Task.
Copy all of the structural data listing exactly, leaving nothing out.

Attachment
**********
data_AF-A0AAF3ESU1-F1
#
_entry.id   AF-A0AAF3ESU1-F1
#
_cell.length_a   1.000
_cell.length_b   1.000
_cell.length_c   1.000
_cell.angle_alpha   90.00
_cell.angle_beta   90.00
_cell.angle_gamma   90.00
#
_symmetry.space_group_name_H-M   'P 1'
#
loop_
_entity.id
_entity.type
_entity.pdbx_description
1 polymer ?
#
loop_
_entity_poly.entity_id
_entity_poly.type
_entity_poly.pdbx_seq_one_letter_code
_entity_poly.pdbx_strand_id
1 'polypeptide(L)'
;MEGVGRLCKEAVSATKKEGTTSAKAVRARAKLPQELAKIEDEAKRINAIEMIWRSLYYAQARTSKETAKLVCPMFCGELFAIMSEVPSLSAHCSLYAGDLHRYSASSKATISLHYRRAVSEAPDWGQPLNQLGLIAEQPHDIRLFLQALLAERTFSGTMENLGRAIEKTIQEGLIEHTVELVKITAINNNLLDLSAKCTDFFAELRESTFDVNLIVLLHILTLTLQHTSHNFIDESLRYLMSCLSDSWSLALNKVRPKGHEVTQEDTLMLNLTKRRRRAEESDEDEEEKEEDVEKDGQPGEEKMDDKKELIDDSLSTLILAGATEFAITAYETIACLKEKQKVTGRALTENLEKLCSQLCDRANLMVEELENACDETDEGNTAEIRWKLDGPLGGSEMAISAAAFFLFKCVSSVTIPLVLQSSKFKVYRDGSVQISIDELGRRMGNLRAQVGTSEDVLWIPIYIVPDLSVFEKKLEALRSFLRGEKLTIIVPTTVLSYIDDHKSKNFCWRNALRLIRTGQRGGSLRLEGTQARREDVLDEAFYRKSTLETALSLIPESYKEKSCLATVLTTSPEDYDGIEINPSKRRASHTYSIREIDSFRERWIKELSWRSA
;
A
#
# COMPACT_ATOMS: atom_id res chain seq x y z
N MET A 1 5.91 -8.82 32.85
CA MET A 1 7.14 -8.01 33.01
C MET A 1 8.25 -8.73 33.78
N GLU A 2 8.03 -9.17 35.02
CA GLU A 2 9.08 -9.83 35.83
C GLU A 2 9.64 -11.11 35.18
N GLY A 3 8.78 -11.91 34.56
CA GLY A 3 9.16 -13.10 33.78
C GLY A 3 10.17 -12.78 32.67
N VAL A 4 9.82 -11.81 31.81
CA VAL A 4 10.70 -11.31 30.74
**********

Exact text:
data_AF-A0AAF3ESU1-F1
#
_entry.id   AF-A0AAF3ESU1-F1
#
_cell.length_a   1.000
_cell.length_b   1.000
_cell.length_c   1.000
_cell.angle_alpha   90.00
_cell.angle_beta   90.00
_cell.angle_gamma   90.00
#
_symmetry.space_group_name_H-M   'P 1'
#
loop_
_entity.id
_entity.type
_entity.pdbx_description
1 polymer ?
#
loop_
_entity_poly.entity_id
_entity_poly.type
_entity_poly.pdbx_seq_one_letter_code
_entity_poly.pdbx_strand_id
1 'polypeptide(L)'
;MEGVGRLCKEAVSATKKEGTTSAKAVRARAKLPQELAKIEDEAKRINAIEMIWRSLYYAQARTSKETAKLVCPMFCGELFAIMSEVPSLSAHCSLYAGDLHRYSASSKATISLHYRRAVSEAPDWGQPLNQLGLIAEQPHDIRLFLQALLAERTFSGTMENLGRAIEKTIQEGLIEHTVELVKITAINNNLLDLSAKCTDFFAELRESTFDVNLIVLLHILTLTLQHTSHNFIDESLRYLMSCLSDSWSLALNKVRPKGHEVTQEDTLMLNLTKRRRRAEESDEDEEEKEEDVEKDGQPGEEKMDDKKELIDDSLSTLILAGATEFAITAYETIACLKEKQKVTGRALTENLEKLCSQLCDRANLMVEELENACDETDEGNTAEIRWKLDGPLGGSEMAISAAAFFLFKCVSSVTIPLVLQSSKFKVYRDGSVQISIDELGRRMGNLRAQVGTSEDVLWIPIYIVPDLSVFEKKLEALRSFLRGEKLTIIVPTTVLSYIDDHKSKNFCWRNALRLIRTGQRGGSLRLEGTQARREDVLDEAFYRKSTLETALSLIPESYKEKSCLATVLTTSPEDYDGIEINPSKRRASHTYSIREIDSFRERWIKELSWRSA
;
A
#
# COMPACT_ATOMS: atom_id res chain seq x y z
N MET A 1 5.91 -8.82 32.85
CA MET A 1 7.14 -8.01 33.01
C MET A 1 8.25 -8.73 33.78
N GLU A 2 8.03 -9.17 35.02
CA GLU A 2 9.08 -9.83 35.83
C GLU A 2 9.64 -11.11 35.18
N GLY A 3 8.78 -11.91 34.56
CA GLY A 3 9.16 -13.10 33.78
C GLY A 3 10.17 -12.78 32.67
N VAL A 4 9.82 -11.81 31.81
CA VAL A 4 10.70 -11.31 30.74